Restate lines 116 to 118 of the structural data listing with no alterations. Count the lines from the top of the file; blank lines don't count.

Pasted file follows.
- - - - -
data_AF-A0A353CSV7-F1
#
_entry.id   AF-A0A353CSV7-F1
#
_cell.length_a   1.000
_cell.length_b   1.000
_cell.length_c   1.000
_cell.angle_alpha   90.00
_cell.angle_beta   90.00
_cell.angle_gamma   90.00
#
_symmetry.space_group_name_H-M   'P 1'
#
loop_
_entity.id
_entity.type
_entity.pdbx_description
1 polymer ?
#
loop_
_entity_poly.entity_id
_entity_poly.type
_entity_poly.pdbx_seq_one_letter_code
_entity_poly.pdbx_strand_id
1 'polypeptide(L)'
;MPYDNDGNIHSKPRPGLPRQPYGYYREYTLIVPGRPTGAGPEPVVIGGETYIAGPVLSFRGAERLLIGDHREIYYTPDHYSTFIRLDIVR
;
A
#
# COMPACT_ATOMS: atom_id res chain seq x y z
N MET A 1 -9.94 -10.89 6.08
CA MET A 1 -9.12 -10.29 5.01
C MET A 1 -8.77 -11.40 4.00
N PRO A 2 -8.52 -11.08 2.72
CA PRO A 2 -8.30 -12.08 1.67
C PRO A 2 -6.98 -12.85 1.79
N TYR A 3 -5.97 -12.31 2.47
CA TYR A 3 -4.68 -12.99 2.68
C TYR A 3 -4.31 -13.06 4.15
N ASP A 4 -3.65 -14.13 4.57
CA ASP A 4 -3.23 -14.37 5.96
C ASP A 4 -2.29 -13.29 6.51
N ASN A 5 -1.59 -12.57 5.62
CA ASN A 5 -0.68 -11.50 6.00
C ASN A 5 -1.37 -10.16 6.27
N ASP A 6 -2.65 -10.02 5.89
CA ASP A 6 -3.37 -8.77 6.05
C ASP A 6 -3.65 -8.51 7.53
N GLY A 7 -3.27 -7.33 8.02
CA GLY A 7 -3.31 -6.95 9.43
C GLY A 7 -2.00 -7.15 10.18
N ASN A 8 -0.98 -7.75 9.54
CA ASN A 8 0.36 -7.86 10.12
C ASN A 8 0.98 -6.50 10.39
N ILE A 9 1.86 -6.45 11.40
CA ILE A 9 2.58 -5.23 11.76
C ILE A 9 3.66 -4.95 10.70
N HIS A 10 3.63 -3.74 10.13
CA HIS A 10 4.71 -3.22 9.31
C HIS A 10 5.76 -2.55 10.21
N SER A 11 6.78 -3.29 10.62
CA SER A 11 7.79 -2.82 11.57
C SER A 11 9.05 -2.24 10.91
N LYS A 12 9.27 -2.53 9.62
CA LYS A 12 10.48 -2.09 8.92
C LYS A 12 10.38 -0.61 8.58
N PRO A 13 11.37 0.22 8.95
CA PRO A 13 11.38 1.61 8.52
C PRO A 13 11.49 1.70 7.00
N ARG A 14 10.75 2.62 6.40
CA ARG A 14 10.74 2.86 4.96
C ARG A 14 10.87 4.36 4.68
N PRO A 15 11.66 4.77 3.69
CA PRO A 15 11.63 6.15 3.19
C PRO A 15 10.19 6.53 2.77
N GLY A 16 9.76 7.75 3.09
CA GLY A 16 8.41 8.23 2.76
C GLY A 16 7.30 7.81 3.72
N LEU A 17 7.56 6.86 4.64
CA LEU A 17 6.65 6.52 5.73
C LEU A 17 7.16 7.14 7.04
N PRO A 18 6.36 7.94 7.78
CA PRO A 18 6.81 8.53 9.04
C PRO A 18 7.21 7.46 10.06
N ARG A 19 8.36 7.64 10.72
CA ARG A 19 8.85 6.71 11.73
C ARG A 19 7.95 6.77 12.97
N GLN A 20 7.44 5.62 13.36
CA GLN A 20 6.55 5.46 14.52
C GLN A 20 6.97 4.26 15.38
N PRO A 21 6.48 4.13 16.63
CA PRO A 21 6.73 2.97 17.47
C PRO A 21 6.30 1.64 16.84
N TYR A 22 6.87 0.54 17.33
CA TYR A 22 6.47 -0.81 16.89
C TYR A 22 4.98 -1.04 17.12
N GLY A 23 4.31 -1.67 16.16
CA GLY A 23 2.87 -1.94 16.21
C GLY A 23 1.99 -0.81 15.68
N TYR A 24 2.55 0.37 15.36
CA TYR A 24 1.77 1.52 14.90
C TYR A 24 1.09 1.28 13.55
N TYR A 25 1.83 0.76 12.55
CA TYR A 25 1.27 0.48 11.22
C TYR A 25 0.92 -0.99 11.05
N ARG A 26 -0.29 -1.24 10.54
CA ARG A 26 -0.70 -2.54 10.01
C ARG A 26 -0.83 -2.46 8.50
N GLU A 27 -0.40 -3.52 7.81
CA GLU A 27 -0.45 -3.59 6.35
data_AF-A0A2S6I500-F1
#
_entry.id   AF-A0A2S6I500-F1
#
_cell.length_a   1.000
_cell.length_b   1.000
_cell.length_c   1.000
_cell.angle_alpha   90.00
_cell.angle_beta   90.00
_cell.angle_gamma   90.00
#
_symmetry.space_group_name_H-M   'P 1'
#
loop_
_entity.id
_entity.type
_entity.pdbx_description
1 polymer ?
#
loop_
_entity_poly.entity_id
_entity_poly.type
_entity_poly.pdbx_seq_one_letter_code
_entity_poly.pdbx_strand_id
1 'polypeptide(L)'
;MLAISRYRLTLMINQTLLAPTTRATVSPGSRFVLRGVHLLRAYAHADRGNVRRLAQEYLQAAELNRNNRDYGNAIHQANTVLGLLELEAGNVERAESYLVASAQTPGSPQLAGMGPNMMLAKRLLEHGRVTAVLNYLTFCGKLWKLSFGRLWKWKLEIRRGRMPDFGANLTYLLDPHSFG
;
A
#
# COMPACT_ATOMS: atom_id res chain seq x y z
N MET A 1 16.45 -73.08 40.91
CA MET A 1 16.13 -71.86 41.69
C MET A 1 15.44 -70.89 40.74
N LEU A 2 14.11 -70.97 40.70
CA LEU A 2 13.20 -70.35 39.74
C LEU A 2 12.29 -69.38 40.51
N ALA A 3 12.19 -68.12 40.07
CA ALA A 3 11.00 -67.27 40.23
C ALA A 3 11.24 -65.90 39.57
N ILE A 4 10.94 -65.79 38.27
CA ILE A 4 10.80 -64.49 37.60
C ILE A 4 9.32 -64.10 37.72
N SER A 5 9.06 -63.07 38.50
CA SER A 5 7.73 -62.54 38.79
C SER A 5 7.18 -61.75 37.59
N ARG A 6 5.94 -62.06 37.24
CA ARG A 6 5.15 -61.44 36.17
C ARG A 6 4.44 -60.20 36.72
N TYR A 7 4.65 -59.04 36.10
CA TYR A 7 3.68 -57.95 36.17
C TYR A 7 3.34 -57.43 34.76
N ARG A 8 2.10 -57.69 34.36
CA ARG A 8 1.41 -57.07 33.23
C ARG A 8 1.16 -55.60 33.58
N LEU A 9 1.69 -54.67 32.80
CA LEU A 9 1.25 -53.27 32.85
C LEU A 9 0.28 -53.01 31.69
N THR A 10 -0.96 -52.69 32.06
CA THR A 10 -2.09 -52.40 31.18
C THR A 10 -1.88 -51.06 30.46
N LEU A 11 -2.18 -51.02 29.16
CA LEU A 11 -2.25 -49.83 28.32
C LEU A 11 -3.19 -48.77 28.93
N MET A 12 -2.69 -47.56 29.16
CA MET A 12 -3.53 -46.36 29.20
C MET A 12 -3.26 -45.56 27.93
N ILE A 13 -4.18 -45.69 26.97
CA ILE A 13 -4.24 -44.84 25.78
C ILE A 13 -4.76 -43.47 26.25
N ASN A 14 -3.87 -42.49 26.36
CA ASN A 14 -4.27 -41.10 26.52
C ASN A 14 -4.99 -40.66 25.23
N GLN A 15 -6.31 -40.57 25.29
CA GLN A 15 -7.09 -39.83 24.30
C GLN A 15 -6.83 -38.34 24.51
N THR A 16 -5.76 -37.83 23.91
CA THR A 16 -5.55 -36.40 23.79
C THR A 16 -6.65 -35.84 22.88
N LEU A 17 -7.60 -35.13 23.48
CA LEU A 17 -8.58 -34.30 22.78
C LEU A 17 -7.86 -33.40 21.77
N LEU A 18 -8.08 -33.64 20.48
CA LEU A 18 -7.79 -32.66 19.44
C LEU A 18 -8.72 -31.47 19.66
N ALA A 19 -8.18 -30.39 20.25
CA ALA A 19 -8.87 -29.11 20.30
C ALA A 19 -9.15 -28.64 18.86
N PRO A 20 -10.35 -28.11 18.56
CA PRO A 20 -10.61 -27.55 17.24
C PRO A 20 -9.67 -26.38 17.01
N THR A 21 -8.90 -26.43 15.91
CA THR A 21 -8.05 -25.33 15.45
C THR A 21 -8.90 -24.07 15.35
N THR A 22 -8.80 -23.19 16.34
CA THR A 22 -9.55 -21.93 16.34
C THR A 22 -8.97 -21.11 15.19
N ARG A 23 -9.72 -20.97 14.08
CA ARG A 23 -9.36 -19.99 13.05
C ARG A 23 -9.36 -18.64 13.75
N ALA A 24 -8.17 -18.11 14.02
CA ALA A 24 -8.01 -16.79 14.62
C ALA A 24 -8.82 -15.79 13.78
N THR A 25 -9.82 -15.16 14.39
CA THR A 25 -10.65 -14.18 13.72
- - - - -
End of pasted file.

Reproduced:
_cell.length_b   1.000
_cell.length_c   1.000
_cell.angle_alpha   90.00